ACRES protects more than natural areas. Working lands, such as agriculture fields in production, are also protected. ACRES currently protects about 500 acres of farmland, and some of this land will be restored to forest or wetland. This year, the ACRES Land Management team will use a different strategy to restore forest.

A farm field left to nature will begin to change over time. In the midwest, herbaceous plants, like grasses and wildflowers, are first to become established, and later, certain species of shrubs and tree saplings move in. Eventually, without disturbance, the field will become a forest of hardwood trees. This natural process of change over time is called forest succession.

“Historically, when ACRES took an agriculture field out of production, we planted native hardwood saplings right away. We often skipped over the natural steps of succession. We want to try adding those steps back in,” said ACRES Land Management Director Casey Jones.

The progress of forest succession from a field to mature forest; artwork by Julie Wall

This fall, a historically farmed ACRES property in Allen County will be taken out of production, allowing the land management crew to implement their new restoration strategy.

Jones explained: “Instead of jumping right into trees, we will restore native grasses and flowering plants first, following the same process nature would. The intent is to mimic succession.”

Giving a grassland time to become established allows essential nutrients and microbial communities to rebuild the impoverished top soil. Decomposing plants with deep root systems reestablish nutrient cycling, with the addition of carbon, nitrogen and other minerals. A forest planted after grassland may benefit from such restored soil communities.

Unfortunately, due to invasive species like autumn olive and bush honeysuckle, the ACRES Land Management team can never have a completely hands-off management strategy for any property. This restored Allen County farmland is no exception: it will need to be actively managed to keep invasives under control.

“Though it would be nice to let this property naturally go through succession, it’s just not possible. We have too many aggressive invasive species that would take over the empty field before natives could get established,” said Jones. “The once-existing native seed bank in the soil has also been depleted.”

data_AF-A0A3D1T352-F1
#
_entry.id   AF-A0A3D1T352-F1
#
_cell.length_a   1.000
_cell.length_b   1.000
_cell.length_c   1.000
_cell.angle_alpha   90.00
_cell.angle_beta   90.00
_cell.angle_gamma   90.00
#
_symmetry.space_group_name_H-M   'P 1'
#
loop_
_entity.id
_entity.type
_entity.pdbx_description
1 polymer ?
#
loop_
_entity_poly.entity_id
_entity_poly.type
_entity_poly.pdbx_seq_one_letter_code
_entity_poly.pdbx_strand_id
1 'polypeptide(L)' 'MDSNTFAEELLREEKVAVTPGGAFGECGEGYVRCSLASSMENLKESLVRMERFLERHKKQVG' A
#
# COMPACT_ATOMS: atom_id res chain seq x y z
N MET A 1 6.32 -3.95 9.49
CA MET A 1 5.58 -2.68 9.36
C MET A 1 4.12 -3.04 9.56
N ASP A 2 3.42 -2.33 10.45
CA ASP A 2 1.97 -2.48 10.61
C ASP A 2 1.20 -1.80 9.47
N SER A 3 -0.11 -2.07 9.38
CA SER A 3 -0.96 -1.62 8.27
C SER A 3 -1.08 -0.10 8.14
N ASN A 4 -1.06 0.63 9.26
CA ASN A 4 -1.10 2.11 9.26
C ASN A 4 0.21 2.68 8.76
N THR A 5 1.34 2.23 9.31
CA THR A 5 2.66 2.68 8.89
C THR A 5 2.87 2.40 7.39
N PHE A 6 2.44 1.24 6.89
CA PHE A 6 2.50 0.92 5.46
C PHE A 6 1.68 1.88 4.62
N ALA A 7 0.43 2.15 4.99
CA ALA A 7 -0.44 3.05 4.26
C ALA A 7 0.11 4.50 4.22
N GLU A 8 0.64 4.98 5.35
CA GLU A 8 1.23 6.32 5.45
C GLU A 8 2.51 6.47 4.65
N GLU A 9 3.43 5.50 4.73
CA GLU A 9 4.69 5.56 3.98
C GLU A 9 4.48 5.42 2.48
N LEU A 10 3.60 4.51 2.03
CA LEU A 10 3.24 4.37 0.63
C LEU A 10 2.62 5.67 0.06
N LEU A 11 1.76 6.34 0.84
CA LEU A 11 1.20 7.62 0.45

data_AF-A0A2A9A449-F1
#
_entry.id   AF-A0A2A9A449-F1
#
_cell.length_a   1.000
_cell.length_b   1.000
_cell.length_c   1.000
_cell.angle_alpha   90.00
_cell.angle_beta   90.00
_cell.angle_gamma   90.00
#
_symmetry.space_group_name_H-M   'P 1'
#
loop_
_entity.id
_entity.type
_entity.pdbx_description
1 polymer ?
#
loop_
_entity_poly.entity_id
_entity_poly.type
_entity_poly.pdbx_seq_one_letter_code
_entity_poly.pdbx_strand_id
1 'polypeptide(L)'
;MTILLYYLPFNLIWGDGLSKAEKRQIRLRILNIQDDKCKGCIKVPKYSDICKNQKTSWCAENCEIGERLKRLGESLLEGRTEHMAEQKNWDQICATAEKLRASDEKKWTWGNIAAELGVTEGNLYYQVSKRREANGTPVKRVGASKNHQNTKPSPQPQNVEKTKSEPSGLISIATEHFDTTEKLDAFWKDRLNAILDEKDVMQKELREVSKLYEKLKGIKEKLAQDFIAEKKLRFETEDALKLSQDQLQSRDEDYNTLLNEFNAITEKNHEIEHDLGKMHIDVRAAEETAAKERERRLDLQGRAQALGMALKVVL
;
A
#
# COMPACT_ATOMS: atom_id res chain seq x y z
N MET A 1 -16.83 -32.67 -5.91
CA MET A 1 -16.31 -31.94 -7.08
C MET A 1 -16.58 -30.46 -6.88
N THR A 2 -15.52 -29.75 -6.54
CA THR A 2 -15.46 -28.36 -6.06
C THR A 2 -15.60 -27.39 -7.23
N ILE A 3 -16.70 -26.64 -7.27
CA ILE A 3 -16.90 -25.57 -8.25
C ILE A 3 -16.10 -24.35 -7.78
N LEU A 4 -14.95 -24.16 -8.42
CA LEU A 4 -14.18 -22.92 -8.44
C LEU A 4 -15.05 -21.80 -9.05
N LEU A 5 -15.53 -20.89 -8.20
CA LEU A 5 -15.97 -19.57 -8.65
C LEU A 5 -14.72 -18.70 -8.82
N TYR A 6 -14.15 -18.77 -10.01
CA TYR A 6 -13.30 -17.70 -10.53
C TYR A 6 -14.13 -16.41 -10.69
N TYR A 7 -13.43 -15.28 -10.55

The Land Management team plans to seed the field this winter with native grasses and other early-successional plants. Snow packs the seeds against the soil, while the ground freezing and thawing moves the seeds even deeper for better germination. These adapted native seeds will survive the winter and begin to grow next spring.

This project will take a large amount of seed. Because ACRES hopes to include native species growing in Allen County, the Land Management team is organizing a volunteer workday at an ACRES preserve for seed collection.

Thanks to a generous donation of seed-collection bags from Gardeners Supply Company, ACRES will invite 30 volunteers to a workday this fall. Volunteers will learn a simple harvesting technique, then collect seeds from native grasses at Fogwell Forest located in southwest Fort Wayne. Land management will use the seeds collected at this workday for their winter planting.*

“Harvesting gives volunteers an opportunity to get into the field directly, without needing to know plant identification or management techniques,” said Jones. “I see this becoming an annual fall workday, a meaningful (and fun!) opportunity for volunteers interested in restoration.”

*The first seed collection workday at Fogwell Forest in Allen County was successful! Volunteers learned about grass identification and harvesting techniques, then collected 50 pounds of Indiangrass seed. The retail price of Indiangrass seed is $16 per pound, so volunteers helped us collect about $800 worth of seeds for these restoration projects!

Thank you to the volunteers who participated in this workday. Your effort plays a huge role in helping ACRES restore natural areas.